Radio 2000 RADIO 2000 aimed to innovate, stimulate, entertain and compete. According to Corkman Liam O Murchu, consultant on programming, they wanted to be a catalyst in reflecting and helping along the incandescent sense of optimism spreading throughout Ireland. Both he and Comhaltas Ceoltoiri boss Labhras O Murchu stressed the Irish Cultural nature of their proposed national station. They believed it was possible to promote a bilingual approach and to operate a profitable business. The new national radio must combine the best attributes of our heritage with a modern, forward-looking approach. It must meet the listening needs of the general audience segments, communities and minority interest groups. Chairman Denis O'Brien, former GPA executive now in charge of a satellite TV operation, said Radio 2000 could be on air as early as March 27 and could achieve 63% national FM coverage between mid-July and the end of the year. Almost 3.5 million pounds would be needed to set up the new radio station. The capital expenditure would be met by 1 million pound share capital and leasing of 2.5 million. Profitability in the third year was projected at 600000 pounds. O'Brien's satellite company E-SAT TV holds 40% of the shareholding in the venture; with the other stakes held by Downtown Radio, Belfast (17.5); Irish Farmers Journal (18); Comhaltas Ceoltoiri Eireann 93.5) and chairman O'Brien with a personal 3 Board members include former Garda Commissioner Eamonn Doherty, former Irish rugby captain Ciaran Fitzgerald, Grainne Andrews, widow of broadcaster Eamonn Andrews, former Journal editor Paddy O'Keeffe and National Concert Hall manager Frank Murphy. Radio 2000 has made an irrevocable offer of a 5 percent stake to the main churches, with 6 percent available for staff, the commission was told. It would have its news service supplied by Independent News Ireland, a company to be set up by PR consultant Fintan Drury, late of RTE. Three main news bulletins would be provided on weekdays and would be going "head to head with RTE".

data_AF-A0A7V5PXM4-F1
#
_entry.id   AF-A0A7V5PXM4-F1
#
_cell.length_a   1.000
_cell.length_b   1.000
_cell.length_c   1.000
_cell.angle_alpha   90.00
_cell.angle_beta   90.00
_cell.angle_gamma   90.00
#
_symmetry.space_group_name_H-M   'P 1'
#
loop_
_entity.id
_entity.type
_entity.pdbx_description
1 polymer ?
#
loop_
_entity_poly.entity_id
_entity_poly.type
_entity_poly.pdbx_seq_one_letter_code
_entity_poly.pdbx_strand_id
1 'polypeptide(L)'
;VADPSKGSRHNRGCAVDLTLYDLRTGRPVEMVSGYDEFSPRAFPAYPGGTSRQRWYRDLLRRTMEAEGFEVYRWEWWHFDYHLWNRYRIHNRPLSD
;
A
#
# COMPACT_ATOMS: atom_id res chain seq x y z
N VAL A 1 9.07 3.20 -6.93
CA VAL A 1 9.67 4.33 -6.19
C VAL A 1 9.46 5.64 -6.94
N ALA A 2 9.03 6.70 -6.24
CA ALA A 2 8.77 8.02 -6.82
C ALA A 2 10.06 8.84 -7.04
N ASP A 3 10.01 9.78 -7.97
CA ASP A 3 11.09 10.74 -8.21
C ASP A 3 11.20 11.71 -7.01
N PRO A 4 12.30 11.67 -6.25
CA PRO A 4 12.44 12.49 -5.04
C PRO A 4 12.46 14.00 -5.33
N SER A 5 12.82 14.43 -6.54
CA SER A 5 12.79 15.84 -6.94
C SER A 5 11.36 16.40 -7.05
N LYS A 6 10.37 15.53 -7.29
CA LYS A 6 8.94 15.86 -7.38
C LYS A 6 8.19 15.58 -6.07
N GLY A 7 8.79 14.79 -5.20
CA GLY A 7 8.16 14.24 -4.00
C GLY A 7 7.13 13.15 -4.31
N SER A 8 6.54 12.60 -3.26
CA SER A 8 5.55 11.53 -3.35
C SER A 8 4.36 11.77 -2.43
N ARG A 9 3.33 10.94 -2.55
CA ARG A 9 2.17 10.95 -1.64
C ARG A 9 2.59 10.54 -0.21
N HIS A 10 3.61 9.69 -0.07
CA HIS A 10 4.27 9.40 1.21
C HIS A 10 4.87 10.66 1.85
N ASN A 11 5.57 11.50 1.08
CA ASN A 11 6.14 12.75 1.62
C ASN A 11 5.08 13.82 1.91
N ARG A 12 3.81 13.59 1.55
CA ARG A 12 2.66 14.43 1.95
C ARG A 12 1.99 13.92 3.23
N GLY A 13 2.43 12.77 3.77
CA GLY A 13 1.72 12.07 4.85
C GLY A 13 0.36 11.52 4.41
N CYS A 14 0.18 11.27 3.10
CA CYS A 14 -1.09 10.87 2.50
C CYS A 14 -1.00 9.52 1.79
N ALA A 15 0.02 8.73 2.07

Ireland's top broadcaster, Gay Byrne, was not wanted by one of the four groups which yesterday sought the franchise for Ireland's Independent national radio service, the commission was told. National Radio Franchise Consortium Chairman Conail O Morain said that some of the best people in RTE had given his group verbal commitments to join them if they secure the licence. Broadcaster Kevin D. O'Connor, who is part of the Franchise Consortium, added, at a later stage in the hearing, that they did not want Gay Byrne because they wanted the new station to be different and better. They would have to find talent elsewhere and move away from a different broadcasting ethic. Mr O Morain said their service would not be a tatty one, but rather would ensure that a good mix of programmes was provided. He said they would be getting the bulk of their financial backing from the bigger financial institutions. They believed this would prove wise in the long run as private investors could decide to pull out after a short period and withdraw their funding. It was their intention to provide a 24-hour service seven days a week with news and views during the day and specialised music in the evenings. A news service could be got from the Press Association and the station would have its own specialised staff, such as agricultural, political and other such specialised correspondents. There would also be more Irish programmes than currently available on the existing network. They would be concentrating on the 20 to 45 age group. Surveys had proved that there were one million "channel switchers" in this country and they planned to tap into that market. The consortium also included Joe Buckley, who was described as a distinguished telecommunications expert, and PJ Curtis who was stated by Mr O Morain to be one of the finest record producers in the country. At the end of the hearing, Commission Chairman Mr Justice Henchy remarked that it was not entirely satisfactory that those holding 90% of the investment in the proposed station were not known to the commission.